Reconstructive Transplant Research
Utilizing Vascularized Bone to Improve Outcomes of Face Transplantation
Posted August 25, 2017
Daniel J. Ceradini, M.D., New York University School of Medicine
Eduardo Rodriguez, M.D., New York University School of Medicine
Photo provided by John Abbott
Photo provided by Andrew Neary
Severe craniofacial injuries are extremely difficult to repair with conventional reconstructive surgery. In addition to changes in appearance, such injuries create challenges like difficulty with speech, oral competence, and facial expressions, which can lessen quality of life. Vascularized composite allotransplantation (VCA) is a procedure in which many tissues (such as skin, fat, muscle, nerves, vessels, and bone) are obtained from a donor and transplanted to a recipient as a functional unit. VCA has become a viable treatment option to help restore normal function and aesthetic appearance in those who have been traumatically injured.
Drs. Eduardo Rodriguez and Daniel Ceradini and their colleagues at New York University School of Medicine are conducting a clinical trial of face transplantation that will develop "personalized" transplant techniques to improve the functional, aesthetic, and immunologic outcomes of patients who receive facial VCAs. The clinical team, led by Dr. Rodriguez, will design a personalized surgery for each of the patients, and each patient will receive an allograft containing significant pieces of vascularized bone from the donor’s facial skeleton. The investigators hypothesize that, by transplanting fragments of bone along with critical ligaments of the face, the architecture of the face will be preserved. As a result, the recipient may experience more significant improvements in the way the face looks and functions over time. Drs. Rodriguez and Ceradini also hypothesize that the marrow transferred within the bone will help the recipient’s immune system to develop tolerance and accept the donor’s facial tissue. This is very important, as patients who receive a VCA must receive lifelong immunosuppression medication to prevent rejection of the transplanted graft. These medications can have adverse effects on the body. The personalized reconstructive approach developed by Drs. Rodriguez and Ceradini and their colleagues was used to successfully perform the most comprehensive face transplant reported to date.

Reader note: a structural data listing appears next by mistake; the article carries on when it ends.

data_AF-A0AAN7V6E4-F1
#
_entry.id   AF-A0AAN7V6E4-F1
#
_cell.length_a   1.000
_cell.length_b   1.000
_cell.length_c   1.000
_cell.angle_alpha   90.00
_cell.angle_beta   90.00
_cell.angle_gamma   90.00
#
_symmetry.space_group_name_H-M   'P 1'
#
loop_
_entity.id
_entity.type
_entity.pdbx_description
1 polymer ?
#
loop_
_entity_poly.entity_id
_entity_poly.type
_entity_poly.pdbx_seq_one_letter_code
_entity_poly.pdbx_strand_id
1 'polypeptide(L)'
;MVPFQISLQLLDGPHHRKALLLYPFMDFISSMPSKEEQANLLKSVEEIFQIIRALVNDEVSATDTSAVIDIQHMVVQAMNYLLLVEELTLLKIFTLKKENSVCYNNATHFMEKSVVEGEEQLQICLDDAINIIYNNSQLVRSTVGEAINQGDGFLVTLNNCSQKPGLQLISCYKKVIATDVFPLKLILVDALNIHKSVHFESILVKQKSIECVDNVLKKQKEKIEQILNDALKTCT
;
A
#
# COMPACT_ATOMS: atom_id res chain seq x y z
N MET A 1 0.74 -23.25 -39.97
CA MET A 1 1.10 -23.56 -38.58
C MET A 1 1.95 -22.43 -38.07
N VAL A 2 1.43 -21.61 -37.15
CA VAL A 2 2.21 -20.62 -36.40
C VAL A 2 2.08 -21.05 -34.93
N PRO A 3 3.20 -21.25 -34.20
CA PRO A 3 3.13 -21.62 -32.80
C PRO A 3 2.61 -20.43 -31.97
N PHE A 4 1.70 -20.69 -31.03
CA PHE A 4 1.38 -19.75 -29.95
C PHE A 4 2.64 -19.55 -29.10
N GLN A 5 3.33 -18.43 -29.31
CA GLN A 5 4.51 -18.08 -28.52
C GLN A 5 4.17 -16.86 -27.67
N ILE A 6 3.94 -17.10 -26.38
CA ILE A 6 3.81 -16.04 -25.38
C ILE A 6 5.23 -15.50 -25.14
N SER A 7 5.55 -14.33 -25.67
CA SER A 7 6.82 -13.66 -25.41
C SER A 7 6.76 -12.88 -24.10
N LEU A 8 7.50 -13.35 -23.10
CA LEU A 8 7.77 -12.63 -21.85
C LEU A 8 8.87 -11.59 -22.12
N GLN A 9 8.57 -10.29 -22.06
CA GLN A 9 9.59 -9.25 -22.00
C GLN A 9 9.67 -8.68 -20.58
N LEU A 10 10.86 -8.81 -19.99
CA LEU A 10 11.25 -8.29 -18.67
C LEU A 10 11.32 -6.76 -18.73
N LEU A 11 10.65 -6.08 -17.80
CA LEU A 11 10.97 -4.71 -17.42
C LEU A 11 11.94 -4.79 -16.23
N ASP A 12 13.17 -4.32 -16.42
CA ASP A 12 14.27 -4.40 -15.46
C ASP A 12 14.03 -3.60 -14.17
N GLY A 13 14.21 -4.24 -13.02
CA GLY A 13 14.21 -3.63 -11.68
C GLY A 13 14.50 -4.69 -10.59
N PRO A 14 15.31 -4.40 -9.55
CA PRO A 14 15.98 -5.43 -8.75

Novel ways to optimize the functional and aesthetic outcomes of patients who receive VCAs, including face transplants, as well as ways to reduce the amount of immunosuppression that is required after receiving a VCA, are critical gaps in the field. The results of this clinical trial will greatly benefit candidates of life-enhancing VCA procedures, including injured Service members and others who have sustained devastating craniofacial injuries.
Sosin M, Ceradini DJ, Hazen A, Levine JP, Staffenberg DA, Saadeh PB, Flores RL, Brecht LE, Bernstein GL, Rodriguez ED. 2016. Total Face, Eyelids, Ears, Scalp, and Skeletal Subunit Transplant Cadaver Simulation: The Culmination of Aesthetic, Craniofacial, and Microsurgery Principles. Plast Reconstr Surg. 137(5):1569-81.
Sosin M, Ceradini DJ, Hazen A, Sweeney NG, Brecht LE, Levine JP, Staffenberg DA, Saadeh PB, Bernstein GL, Rodriguez ED. 2016. Total Face, Eyelids, Ears, Scalp, and Skeletal Subunit Transplant Research Procurement: A Translational Simulation Model. Plast Reconstr Surg. 137(5):845e-54e.
Sosin M, Ceradini DJ, Levine JP, Hazen A, Staffenberg DA, Saadeh PB, Flores RL, Sweeney NG, Bernstein GL, Rodriguez ED. 2016. Total Face, Eyelids, Ears, Scalp, and Skeletal Subunit Transplant: A Reconstructive Solution for the Full Face and Total Scalp Burn. Plast Reconstr Surg. 138(1):205-19.
Last updated Wednesday, August 30, 2017